So far we have raised: $688,352.25
Our goal for 2018: $500,000
In 2011, longtime friends Peter and David founded a new event, “Pedaling for Parkinson’s”, to raise awareness and research funds for Parkinson’s. The inspiration was David’s father and a close friend/neighbour of Peter’s, who were both diagnosed with Parkinson’s. Over three days, cyclists pedaled over 100,000 pedal strokes: 1 pedal stroke for each Canadian diagnosed with Parkinson’s. 20 riders participated and over $18,000 was raised.
Each year since, the number of riders and the amount of money generated has increased.
In 2017, more than 280 riders participated generating over $325,000. This gave Pedaling for Parkinson's the distinction of being the first community fundraising event in Canada to raise over $1 Million for Parkinson Canada.
This year’s event takes place July 13-15 in Parry Sound, and we’ve set an ambitious goal of $500,000. 2018 marks the last year for Pedaling for Parkinson’s in Parry Sound, and Peter, David, their families and a host of dedicated volunteers need your support as they look to celebrate a combined $1.5 Million dollars in lifetime impact.
Parkinson Canada has committed to continue the Pedaling for Parkinson’s Research Grant for 10 years in acknowledgement of this goal, and will be exploring opportunities to further support the spirit of friendship, community spirit and impact through cycling that has made this event so successful.
We hope you will join us in sending Pedaling for Parkinson’s in Parry Sound out with a bang, and in continuing its legacy of making a difference in the lives of people and families affected by Parkinson’s.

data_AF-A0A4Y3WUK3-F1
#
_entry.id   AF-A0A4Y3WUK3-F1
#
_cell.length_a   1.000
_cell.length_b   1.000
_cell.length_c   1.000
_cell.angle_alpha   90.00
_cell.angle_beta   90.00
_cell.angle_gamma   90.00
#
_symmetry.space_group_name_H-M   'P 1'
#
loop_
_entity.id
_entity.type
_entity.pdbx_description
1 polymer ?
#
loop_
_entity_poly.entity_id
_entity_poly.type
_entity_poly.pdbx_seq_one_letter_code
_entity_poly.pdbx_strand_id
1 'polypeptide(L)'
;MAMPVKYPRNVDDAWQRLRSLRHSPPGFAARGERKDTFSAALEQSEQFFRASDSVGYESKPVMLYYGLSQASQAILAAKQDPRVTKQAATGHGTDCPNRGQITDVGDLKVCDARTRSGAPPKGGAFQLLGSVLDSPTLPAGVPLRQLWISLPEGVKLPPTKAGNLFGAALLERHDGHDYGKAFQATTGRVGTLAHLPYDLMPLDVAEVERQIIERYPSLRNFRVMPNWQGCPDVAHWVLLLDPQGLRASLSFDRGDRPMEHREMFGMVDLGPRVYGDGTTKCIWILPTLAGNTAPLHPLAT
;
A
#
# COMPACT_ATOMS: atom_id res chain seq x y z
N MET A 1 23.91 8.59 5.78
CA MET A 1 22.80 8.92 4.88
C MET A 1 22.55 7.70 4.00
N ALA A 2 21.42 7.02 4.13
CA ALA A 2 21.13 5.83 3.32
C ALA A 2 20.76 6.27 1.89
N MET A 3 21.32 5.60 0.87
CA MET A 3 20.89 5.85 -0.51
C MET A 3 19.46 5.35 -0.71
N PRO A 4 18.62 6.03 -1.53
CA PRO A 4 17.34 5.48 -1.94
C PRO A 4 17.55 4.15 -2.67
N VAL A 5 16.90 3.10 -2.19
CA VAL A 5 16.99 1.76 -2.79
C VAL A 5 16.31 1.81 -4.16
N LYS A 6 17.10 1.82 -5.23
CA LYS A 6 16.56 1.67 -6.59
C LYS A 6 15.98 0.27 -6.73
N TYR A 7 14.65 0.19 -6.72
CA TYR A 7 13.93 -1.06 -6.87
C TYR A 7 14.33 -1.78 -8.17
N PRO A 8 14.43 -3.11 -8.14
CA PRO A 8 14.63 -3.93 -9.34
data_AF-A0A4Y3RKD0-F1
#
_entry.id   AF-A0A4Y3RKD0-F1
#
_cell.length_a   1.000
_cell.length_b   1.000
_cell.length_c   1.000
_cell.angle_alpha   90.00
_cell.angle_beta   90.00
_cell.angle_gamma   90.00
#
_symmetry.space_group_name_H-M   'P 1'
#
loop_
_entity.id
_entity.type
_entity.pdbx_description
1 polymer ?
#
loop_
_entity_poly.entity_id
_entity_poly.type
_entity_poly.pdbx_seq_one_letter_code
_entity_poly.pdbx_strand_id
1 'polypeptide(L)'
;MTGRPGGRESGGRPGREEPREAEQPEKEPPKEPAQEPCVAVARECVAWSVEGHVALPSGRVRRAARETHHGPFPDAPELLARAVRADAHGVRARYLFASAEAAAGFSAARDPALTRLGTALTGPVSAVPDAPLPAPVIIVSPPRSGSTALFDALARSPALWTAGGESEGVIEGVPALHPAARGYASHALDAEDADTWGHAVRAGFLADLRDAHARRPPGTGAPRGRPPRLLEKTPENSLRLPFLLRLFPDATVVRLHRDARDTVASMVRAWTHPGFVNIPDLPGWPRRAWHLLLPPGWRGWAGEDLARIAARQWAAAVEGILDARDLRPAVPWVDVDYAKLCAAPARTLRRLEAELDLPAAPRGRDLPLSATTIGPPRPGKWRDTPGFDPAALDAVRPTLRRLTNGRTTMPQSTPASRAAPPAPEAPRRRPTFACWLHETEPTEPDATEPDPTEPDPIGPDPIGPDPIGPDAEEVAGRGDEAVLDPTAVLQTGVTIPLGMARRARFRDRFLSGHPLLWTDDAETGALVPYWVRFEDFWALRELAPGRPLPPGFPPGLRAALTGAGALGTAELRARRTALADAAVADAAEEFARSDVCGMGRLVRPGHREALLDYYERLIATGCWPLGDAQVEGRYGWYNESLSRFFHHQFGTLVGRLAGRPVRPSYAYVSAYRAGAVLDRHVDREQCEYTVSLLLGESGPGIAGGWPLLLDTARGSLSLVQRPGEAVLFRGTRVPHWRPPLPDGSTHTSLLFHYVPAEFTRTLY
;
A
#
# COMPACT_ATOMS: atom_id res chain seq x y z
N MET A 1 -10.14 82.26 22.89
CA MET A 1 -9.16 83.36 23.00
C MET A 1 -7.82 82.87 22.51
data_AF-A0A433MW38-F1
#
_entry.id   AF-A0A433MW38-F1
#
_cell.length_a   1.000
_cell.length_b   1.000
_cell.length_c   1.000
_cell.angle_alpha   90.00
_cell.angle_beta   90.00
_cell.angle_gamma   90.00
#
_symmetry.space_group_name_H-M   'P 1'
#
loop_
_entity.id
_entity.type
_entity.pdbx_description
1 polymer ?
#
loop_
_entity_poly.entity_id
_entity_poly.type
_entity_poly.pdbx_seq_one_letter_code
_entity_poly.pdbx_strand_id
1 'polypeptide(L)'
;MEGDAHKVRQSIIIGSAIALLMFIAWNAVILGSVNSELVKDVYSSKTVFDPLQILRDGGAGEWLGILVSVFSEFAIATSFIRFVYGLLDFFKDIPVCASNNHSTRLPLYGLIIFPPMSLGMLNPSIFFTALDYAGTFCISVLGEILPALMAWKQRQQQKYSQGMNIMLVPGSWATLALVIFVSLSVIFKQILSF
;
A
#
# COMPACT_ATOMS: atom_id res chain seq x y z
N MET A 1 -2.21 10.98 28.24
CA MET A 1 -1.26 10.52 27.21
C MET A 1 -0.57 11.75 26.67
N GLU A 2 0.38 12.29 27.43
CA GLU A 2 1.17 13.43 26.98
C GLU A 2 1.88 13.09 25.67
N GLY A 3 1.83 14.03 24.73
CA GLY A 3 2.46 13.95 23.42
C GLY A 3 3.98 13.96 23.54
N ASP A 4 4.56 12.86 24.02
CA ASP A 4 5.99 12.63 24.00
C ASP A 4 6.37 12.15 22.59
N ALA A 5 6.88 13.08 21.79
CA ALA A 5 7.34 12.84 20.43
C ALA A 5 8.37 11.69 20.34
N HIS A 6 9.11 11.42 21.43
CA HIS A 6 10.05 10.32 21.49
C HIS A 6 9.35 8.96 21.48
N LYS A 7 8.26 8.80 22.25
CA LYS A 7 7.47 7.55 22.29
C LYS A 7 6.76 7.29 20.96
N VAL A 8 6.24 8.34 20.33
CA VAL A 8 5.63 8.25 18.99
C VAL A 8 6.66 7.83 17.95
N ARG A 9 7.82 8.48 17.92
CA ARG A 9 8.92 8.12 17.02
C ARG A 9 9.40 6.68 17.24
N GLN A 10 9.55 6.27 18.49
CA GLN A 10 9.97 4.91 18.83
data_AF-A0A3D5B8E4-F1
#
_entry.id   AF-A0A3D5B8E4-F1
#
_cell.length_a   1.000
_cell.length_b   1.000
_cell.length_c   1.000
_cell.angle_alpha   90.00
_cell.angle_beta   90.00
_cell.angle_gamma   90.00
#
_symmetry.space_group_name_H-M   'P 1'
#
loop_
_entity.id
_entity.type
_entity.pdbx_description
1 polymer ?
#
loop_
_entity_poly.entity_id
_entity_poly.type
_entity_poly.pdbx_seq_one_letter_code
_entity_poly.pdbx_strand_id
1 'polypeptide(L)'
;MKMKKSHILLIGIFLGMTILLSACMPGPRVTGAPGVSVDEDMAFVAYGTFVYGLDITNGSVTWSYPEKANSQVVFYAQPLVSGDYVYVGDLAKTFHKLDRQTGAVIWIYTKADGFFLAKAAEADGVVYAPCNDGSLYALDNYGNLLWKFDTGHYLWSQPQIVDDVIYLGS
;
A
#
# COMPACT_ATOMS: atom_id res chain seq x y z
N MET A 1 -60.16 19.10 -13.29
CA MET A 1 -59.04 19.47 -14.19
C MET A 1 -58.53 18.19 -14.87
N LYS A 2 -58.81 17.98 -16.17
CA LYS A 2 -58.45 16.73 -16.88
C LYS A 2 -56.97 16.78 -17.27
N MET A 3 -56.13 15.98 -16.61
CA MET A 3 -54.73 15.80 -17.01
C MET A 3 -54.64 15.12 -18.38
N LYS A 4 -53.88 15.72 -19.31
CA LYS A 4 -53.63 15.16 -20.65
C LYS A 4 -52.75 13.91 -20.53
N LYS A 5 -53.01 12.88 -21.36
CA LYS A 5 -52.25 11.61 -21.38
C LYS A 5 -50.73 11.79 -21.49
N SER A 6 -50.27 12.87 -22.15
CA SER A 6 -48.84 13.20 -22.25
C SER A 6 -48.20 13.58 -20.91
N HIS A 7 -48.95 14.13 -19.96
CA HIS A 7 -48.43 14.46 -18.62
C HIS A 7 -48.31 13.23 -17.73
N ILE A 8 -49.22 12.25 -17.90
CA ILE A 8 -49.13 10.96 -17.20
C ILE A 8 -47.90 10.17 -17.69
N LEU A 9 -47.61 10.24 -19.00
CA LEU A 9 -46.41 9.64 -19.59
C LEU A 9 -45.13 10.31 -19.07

PEDALING FOR PARKINSON'S GRANT
Since its inception, Pedaling for Parkinson's has funded 12 research projects through more than $1 Million in contributions to the Parkinson Canada Research program.
Funds raised by riders support Pedaling for Parkinson's named grants through this program, meaning your support has a direct impact on quality of treatments and better outcomes for people living with Parkinson's.
The most recent breakthrough from a funded researcher includes a new theory from Dr. Scott Ryan on why nerve cells die in Parkinson's, and how we may be able to intervene.
Our Rider's Stories
Riding gives me my freedom back. I was diagnosed with Parkinson’s about a year and a half ago when I was 44. Somebody showed me a video about a guy with PD and how he could barely walk but could still ride a bike. I bought a second hand bike and gave it a go. It worked even better than I thought that it could. My mind and my body have a sense of freedom that I rarely get with just the medications. I feel like I can do anything when I am on my bike. It’s pretty incredible.
- Jim, from Ottawa
Thanks to you guys and your families for putting together such an inspiring event. Seriously, we all has such a wonderful time and feel even more so motivated in our work as a result! It was wonderful to meet you.
- Naomi, from Toronto
(Rider and Researcher)
This event is so well organized - I go in a fair number of races, but, I'm impressed with everything about this event from the level of organization to the impact. A great ride!
- Nancy, from Sudbury
My reason for working on Parkinson’s disease is that… with recent advances in cell biology and genetics, I believe the time is right for finding a potential cure for patients. While the work my group does is challenging, it’s immensely rewarding and it really feels that for the first time we are starting to finally understand this devastating disorder after so many years, with the hope that one or more treatments will emerge from my work and others to help cure this disorder.
- Dr. Thomas Durcan, 2017